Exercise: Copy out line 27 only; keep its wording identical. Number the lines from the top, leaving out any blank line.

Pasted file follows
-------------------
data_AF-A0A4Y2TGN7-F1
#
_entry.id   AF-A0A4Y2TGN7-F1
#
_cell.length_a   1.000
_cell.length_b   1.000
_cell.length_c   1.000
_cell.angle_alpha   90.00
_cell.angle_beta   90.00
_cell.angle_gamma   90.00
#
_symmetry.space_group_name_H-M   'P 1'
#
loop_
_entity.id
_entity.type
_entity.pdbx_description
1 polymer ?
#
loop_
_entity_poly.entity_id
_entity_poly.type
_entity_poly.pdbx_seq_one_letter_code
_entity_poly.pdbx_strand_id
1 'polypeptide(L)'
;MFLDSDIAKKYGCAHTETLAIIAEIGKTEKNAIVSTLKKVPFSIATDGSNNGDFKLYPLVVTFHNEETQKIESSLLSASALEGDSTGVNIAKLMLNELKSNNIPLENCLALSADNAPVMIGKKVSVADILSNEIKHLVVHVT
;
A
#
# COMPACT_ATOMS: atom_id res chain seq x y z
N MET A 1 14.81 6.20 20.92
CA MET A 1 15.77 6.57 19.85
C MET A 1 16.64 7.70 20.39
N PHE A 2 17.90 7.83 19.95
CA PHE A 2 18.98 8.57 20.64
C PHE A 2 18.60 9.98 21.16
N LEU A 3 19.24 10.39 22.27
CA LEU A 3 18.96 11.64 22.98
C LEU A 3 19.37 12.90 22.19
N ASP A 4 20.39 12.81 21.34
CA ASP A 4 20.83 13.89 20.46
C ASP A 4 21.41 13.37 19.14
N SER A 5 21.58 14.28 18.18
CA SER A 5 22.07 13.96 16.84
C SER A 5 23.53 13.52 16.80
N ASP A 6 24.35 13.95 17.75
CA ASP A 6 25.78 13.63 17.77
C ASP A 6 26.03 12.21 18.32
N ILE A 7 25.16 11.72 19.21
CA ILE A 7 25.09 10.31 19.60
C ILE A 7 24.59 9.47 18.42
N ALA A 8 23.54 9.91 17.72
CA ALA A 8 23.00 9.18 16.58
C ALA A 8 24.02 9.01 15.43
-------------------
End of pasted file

;